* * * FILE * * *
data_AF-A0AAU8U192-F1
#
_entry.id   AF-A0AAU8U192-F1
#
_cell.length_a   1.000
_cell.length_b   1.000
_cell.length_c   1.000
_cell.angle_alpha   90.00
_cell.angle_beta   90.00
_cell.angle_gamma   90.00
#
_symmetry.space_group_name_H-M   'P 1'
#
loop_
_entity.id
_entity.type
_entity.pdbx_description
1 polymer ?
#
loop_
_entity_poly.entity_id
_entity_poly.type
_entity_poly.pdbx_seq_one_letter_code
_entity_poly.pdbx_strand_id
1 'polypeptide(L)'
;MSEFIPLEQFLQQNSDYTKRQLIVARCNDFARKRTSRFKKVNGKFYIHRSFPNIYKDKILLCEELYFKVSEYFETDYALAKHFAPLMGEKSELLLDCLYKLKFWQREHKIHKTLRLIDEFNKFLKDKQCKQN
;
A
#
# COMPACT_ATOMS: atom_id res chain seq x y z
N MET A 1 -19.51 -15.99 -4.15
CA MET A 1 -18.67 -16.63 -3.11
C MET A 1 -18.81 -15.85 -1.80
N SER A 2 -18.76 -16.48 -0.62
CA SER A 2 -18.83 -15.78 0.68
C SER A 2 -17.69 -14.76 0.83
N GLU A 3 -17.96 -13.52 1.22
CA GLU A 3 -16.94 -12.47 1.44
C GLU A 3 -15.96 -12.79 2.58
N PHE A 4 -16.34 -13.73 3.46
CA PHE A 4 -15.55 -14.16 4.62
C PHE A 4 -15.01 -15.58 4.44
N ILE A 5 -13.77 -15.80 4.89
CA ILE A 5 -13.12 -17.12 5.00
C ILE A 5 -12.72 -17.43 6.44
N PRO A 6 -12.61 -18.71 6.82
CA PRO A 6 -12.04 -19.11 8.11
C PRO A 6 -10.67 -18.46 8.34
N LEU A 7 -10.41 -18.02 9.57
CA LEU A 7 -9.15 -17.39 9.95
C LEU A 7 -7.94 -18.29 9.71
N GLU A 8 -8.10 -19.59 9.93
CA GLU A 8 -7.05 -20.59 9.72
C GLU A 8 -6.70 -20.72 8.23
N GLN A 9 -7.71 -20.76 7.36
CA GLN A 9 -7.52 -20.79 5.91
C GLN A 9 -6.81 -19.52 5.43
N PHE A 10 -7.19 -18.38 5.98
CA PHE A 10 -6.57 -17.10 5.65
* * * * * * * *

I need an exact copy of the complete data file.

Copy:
data_AF-A0AAU8U192-F1
#
_entry.id   AF-A0AAU8U192-F1
#
_cell.length_a   1.000
_cell.length_b   1.000
_cell.length_c   1.000
_cell.angle_alpha   90.00
_cell.angle_beta   90.00
_cell.angle_gamma   90.00
#
_symmetry.space_group_name_H-M   'P 1'
#
loop_
_entity.id
_entity.type
_entity.pdbx_description
1 polymer ?
#
loop_
_entity_poly.entity_id
_entity_poly.type
_entity_poly.pdbx_seq_one_letter_code
_entity_poly.pdbx_strand_id
1 'polypeptide(L)'
;MSEFIPLEQFLQQNSDYTKRQLIVARCNDFARKRTSRFKKVNGKFYIHRSFPNIYKDKILLCEELYFKVSEYFETDYALAKHFAPLMGEKSELLLDCLYKLKFWQREHKIHKTLRLIDEFNKFLKDKQCKQN
;
A
#
# COMPACT_ATOMS: atom_id res chain seq x y z
N MET A 1 -19.51 -15.99 -4.15
CA MET A 1 -18.67 -16.63 -3.11
C MET A 1 -18.81 -15.85 -1.80
N SER A 2 -18.76 -16.48 -0.62
CA SER A 2 -18.83 -15.78 0.68
C SER A 2 -17.69 -14.76 0.83
N GLU A 3 -17.96 -13.52 1.22
CA GLU A 3 -16.94 -12.47 1.44
C GLU A 3 -15.96 -12.79 2.58
N PHE A 4 -16.34 -13.73 3.46
CA PHE A 4 -15.55 -14.16 4.62
C PHE A 4 -15.01 -15.58 4.44
N ILE A 5 -13.77 -15.80 4.89
CA ILE A 5 -13.12 -17.12 5.00
C ILE A 5 -12.72 -17.43 6.44
N PRO A 6 -12.61 -18.71 6.82
CA PRO A 6 -12.04 -19.11 8.11
C PRO A 6 -10.67 -18.46 8.34
N LEU A 7 -10.41 -18.02 9.57
CA LEU A 7 -9.15 -17.39 9.95
C LEU A 7 -7.94 -18.29 9.71
N GLU A 8 -8.10 -19.59 9.93
CA GLU A 8 -7.05 -20.59 9.72
C GLU A 8 -6.70 -20.72 8.23
N GLN A 9 -7.71 -20.76 7.36
CA GLN A 9 -7.52 -20.79 5.91
C GLN A 9 -6.81 -19.52 5.43
N PHE A 10 -7.19 -18.38 5.98
CA PHE A 10 -6.57 -17.10 5.65